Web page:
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The future’s bright – the future’s laser-shaped…

Ian McMurray 6 April 2011
The future’s bright – the future’s laser-shaped…

Two recent announcements may have confirmed that, just as the projection industry is starting to get used to the idea that traditional lamps are increasingly being replaced by LEDs, laser technology may soon be a force to contend with.

The first announcement was from Casio. The company launched its first ‘Hybrid Light Source’ projectors at ISE in 2010 – and has just followed that announcement with the launch of no fewer than twelve new projectors featuring the same illumination technology.

What is a ‘Hybrid Light Source’?  It acknowledges the many advantages of LED as a light source – that it is more environmentally friendly, lasts longer, costs less and delivers more accurate colours – and addresses the fundamental limitation of LED technology to date: its relative lack of brightness.  As such, it combines both LED and laser technology.  A red LED is used to create red light: blue and green are created by shining the laser through a colour wheel (a proven technology fundamental to single-chip DLP) which has a clear section to create blue light, and a green phosphor section that converts the blue laser’s output to green.  What’s interesting is that this approach allows Casio to deliver projectors with all the advantages of being lamp-less – but also capable of delivering up to 3,500 lumens.  So far, the brightest projector based exclusively on LED technology was a prototype demonstrated by NEC at InfoComm in 2010, which was capable of 2,000 lumens – but which doesn’t appear to have become a commercial product. More typical is projectiondesign’s LED-based FL32, with a brightness of 700 lumens. 

Just five days before Casio’s most recent announcement was another that confirmed the growing interest in lasers as an alternative, higher brightness light source for projectors. LIPA – the Laser Illuminated Projector Association – was launched, with the goals of explaining the benefits of laser illuminated projectors, advocating for a positive regulatory environment, and developing appropriate training guidelines. Significantly, its founder members include Barco, Christie Digital, NEC and Sony – the four premier suppliers of digital cinema projectors.  Digital cinema projectors need to be capable of delivering extraordinary levels of brightness: the world’s brightest projector is, at 43,000 lumens, the Barco DP2K-32B.  Kodak has already demonstrated an 11,000 lumen laser-based digital cinema projector.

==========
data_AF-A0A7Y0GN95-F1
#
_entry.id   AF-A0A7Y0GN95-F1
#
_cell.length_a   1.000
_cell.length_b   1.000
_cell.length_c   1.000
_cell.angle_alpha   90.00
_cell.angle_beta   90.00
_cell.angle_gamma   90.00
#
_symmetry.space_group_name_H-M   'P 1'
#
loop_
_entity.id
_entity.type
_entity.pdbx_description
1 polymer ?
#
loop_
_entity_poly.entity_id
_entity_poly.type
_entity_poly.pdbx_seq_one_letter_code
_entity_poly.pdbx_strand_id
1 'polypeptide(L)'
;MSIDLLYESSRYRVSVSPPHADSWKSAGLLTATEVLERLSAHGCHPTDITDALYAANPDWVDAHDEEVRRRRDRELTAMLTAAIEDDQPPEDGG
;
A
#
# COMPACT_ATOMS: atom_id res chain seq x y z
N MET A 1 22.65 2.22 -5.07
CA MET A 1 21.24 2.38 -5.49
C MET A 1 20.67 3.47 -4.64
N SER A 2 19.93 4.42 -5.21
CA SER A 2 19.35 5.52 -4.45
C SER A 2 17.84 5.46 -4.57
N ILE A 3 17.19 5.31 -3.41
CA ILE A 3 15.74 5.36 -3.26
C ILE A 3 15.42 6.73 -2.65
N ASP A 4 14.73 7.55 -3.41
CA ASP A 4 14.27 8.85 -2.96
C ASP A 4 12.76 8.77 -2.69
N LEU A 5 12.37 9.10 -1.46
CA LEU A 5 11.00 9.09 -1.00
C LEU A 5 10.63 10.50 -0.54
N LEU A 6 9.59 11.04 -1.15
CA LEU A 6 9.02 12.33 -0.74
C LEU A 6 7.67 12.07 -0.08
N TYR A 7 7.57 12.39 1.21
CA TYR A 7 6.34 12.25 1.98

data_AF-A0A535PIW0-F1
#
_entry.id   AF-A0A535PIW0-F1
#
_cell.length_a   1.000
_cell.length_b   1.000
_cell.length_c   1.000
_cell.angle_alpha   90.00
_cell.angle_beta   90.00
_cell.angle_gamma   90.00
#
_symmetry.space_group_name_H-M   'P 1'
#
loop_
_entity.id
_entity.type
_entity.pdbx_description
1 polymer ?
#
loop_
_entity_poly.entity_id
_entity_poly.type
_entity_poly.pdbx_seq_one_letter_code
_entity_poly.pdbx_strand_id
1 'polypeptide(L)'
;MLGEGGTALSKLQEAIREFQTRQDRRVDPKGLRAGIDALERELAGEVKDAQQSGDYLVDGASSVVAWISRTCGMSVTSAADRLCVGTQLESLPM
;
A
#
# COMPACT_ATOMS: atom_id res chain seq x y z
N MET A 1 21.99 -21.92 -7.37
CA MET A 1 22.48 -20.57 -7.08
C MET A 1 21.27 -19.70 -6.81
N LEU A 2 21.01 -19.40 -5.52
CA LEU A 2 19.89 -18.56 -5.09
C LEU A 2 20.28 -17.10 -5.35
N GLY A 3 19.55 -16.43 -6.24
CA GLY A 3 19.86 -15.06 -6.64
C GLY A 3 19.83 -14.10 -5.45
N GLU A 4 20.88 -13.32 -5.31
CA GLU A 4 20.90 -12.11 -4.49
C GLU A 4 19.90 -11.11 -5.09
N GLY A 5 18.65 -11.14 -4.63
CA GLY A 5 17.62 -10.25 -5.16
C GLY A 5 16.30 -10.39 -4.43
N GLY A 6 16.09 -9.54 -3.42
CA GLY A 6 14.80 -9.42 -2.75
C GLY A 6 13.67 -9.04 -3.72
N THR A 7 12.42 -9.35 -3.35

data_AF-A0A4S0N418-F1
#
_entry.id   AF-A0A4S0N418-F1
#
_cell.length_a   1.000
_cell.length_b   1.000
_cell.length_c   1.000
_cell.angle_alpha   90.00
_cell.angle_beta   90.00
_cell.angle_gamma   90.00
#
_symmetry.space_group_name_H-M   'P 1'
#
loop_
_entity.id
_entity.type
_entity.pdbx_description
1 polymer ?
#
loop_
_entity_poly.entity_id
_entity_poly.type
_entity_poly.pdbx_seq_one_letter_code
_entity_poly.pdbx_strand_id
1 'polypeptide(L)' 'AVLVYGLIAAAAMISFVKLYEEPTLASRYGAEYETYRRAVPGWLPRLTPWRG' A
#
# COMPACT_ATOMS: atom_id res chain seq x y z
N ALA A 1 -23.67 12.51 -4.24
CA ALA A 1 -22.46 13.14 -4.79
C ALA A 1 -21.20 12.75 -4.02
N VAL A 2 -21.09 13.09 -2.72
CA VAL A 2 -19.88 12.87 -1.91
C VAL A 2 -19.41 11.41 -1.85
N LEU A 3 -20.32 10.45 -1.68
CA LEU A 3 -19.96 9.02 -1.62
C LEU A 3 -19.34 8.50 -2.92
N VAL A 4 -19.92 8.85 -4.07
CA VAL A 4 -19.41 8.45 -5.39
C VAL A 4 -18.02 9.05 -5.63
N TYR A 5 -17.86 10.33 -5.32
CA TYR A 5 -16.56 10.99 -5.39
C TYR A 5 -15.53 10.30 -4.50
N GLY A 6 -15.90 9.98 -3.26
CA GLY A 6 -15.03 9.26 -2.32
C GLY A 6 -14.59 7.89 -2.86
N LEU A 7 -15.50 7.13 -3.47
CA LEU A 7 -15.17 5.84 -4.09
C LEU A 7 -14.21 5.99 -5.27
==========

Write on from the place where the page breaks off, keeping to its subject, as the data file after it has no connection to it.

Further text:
The attraction of laser technology to the digital cinema industry is the significantly lower costs it promises when compared with the cost of ownership of projectors based on traditional Xenon lamps. However, today – in the US at least – use of laser-powered high brightness projectors is restricted by (outdated) law, with any organisation planning to use such a device required to seek a so-called “variance”.  LIPA will certainly be lobbying to get the law updated, thus paving the way for the commercially-viable development of laser-based digital cinema projectors.

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